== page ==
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Friday, December 29, 2006

Celluloitering’s Top 20 Most Overrated Films of All Time (part one)

Premiere Magazine just put out their list of the 20 most overrated films. I agree with some of their picks, but not with others, so I thought I would make my own list, complete with explanations for why I chose them. Before anyone sees one of their favorites on this list and writes me an angry e-mail, be warned: [almost] every movie on this list is a good movie. This list isn’t a list of bad films, but rather films that didn’t live up to their hype, their awards, etc. Today I’m posting the first ten; next week, I’ll post the rest.

The Sixth Sense: M. Night Shyamalan’s first major studio success is frightening and atmospheric, but it’s also cheap and mawkish. I saw the end coming a mile away. That said I enjoyed watching it anyway; it’s an entertaining film. The way people talked about it when it came out, however, I thought it was going to be another Exorcist or Suspiria. The Sixth Sense also irritates me because it seems to have given Shyamalan the idea that he can do no wrong, no matter how many crappy movies he makes.

The Greatest Show on Earth: This 1952 Best Picture winner from acclaimed director Cecil B. DeMille is…not that good, especially when you consider it won over John Ford's The Quiet Man and Stanley Donen’s Singin’ in the Rain. This drama about circus performers has an all-star cast including Cornel Wilde, Dorothy Lamour and Charlton Heston, but it fails to be anything more than an annoying, overblown melodrama with a truly laughable climax.

Napoleon Dynamite: This movie never lived up to its hype, Gosh! Jon Heder’s funny little film about awkward adolescence is just that: a funny little film. It’s got some great site gags and one-liners, but it hardly deserved the rabid fanaticism it inspired. If I see one more Vote for Pedro t-shirt I am going to hurl.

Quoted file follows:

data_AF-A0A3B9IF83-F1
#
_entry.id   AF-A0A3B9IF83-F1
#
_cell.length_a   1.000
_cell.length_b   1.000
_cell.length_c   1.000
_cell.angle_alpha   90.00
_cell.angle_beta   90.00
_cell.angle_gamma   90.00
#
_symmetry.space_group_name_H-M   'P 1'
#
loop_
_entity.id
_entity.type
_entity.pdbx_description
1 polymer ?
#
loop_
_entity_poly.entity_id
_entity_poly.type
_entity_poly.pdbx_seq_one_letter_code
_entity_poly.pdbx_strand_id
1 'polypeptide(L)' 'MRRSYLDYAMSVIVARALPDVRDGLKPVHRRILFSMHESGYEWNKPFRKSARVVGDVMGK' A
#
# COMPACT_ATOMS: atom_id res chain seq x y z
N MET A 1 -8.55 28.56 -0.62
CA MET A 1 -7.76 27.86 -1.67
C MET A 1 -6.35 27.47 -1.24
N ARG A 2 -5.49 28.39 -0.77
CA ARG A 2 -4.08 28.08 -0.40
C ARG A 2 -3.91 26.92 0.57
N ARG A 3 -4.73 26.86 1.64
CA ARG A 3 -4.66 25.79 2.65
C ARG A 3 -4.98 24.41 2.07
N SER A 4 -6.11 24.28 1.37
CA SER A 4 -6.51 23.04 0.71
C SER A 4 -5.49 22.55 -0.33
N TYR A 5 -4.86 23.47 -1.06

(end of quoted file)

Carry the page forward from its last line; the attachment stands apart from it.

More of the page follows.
Garden State: I love Zach Braff, and I thought Garden State was really cute, but its Emo McHipster chic was hardly deserving of the indi lovefest it inspired. It was hailed as a landmark film for my generation, but it didn’t break any ground that Harold and Maude and The Graduate didn’t break first.

Crash: People are diverse! This corny Hollywood civics lesson about race and prejudice is very well acted but so mediocre in every other way that its Best Picture win is a total mystery to me. Don Cheadle=awesome, but you’d be better off renting Hotel Rwanda.

Moulin Rouge!: I'm going to get hate mail for this one. I liked Moulin Rouge! I really did. I appreciated the intense, polychromatic musical numbers and clever anachronistic humor. John Leguizamo's Toulouse-Lautrec is hilarious and the Roxanne tango is truly a spectacle to behold, but in the end, it's nothing more than an MTV version of Camille.

A Man For All Seasons: Brilliant acting from stars Paul Scofield and Wendy Hiller? Sure. Great screenplay adapted by Robert Bolt from his original play? Definitely. Deserving of two-dozen film awards, including and Oscar for Best Picture? Not really. This 1966 film about Sir Thomas More was soporifically under-directed by Fred Zinneman; its two-hour length feels more like three hours.